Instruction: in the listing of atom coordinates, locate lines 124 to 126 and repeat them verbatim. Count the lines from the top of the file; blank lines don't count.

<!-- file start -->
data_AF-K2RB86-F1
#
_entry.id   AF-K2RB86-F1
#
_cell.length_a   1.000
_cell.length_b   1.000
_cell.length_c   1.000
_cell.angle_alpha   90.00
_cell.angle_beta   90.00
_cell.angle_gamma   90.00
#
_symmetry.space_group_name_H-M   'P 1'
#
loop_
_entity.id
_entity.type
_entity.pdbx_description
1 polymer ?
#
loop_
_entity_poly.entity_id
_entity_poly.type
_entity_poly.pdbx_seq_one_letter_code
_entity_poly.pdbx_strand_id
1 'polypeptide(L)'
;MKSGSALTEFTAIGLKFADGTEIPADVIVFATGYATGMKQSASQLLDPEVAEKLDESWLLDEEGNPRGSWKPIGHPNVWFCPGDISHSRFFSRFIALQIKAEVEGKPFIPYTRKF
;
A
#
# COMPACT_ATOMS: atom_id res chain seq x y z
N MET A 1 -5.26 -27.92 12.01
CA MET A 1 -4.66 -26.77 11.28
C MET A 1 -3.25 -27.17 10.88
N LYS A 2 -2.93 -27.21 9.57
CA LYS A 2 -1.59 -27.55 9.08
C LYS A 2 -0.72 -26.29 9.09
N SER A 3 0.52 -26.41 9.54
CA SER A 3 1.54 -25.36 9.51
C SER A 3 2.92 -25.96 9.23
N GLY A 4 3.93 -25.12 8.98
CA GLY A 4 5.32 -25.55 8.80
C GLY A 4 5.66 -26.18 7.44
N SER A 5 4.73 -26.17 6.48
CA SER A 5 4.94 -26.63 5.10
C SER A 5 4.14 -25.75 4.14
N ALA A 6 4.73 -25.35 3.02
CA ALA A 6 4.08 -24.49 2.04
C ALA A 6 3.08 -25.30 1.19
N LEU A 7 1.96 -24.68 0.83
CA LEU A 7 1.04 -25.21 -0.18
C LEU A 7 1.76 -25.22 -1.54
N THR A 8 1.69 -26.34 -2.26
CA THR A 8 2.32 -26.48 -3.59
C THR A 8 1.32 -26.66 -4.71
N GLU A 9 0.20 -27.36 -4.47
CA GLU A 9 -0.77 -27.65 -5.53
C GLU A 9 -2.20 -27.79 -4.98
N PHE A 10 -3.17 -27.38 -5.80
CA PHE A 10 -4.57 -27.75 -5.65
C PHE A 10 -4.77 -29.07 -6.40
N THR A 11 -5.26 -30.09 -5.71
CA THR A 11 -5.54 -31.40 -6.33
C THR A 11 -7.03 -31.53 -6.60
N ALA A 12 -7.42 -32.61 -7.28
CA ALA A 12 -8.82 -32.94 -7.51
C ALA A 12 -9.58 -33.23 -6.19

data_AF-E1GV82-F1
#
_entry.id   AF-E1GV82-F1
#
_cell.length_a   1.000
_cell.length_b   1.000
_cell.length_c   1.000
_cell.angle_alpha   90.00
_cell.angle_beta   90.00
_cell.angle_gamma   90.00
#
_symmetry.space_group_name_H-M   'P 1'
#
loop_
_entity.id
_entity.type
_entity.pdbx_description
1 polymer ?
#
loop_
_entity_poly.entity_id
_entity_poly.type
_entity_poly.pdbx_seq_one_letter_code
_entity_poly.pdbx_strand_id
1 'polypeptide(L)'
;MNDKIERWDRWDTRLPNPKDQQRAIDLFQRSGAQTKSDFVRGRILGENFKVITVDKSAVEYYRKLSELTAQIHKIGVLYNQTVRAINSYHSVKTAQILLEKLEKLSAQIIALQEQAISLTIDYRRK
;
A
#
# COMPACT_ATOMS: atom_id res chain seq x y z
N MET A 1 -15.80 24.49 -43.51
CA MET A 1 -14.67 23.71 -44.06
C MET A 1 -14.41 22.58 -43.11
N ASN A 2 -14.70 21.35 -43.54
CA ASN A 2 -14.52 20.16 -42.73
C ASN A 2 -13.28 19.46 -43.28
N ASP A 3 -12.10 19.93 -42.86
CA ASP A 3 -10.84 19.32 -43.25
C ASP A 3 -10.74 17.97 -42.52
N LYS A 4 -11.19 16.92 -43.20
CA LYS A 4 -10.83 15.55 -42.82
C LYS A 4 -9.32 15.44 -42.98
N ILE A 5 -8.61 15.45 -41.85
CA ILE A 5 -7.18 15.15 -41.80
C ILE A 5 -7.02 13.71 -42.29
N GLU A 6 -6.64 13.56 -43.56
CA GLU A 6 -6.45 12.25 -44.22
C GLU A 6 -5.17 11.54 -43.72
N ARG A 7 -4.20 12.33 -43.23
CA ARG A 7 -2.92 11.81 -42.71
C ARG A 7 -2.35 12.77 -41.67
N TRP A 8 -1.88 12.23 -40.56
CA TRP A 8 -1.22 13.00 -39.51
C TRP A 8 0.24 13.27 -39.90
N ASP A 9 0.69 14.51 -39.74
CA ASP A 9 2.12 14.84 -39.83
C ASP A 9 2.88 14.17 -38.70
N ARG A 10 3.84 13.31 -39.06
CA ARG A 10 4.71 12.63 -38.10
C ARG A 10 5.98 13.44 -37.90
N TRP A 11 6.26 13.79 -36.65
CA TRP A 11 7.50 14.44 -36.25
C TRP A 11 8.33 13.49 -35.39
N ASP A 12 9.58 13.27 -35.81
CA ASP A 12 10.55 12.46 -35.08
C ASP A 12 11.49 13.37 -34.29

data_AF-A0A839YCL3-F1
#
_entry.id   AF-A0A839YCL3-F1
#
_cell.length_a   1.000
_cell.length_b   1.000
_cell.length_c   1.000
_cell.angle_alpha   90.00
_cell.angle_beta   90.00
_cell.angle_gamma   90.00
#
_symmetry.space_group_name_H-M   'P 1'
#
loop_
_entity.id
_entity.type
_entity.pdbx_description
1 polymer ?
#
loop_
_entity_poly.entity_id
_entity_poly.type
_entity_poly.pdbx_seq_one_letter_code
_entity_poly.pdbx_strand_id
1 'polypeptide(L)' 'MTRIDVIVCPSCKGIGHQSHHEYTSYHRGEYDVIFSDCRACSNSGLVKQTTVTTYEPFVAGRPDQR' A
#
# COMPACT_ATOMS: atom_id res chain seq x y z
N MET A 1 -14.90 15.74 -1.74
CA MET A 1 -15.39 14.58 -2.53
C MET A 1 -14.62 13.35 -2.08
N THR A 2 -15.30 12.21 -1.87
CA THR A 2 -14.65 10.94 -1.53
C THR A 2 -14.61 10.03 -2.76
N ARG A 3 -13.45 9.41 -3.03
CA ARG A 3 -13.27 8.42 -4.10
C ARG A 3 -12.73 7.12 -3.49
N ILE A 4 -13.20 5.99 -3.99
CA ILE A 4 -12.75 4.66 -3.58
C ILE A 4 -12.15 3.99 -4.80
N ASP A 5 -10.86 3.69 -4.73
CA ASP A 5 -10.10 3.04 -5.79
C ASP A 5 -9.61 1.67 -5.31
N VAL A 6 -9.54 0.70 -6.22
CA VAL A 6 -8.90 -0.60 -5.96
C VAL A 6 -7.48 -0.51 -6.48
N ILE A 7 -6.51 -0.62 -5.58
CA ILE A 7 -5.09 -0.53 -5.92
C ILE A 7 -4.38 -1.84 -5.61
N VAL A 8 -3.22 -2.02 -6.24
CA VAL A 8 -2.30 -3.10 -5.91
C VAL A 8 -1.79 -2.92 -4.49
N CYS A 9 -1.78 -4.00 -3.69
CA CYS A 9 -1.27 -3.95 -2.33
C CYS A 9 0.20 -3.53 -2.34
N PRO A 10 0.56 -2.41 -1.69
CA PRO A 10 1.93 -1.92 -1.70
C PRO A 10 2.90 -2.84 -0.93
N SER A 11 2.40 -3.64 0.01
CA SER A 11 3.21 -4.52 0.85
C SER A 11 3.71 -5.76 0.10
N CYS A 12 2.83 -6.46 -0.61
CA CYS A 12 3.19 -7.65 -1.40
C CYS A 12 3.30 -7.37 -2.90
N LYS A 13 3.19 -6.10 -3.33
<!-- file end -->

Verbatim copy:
N ARG A 10 3.84 13.31 -39.06
CA ARG A 10 4.71 12.63 -38.10
C ARG A 10 5.98 13.44 -37.90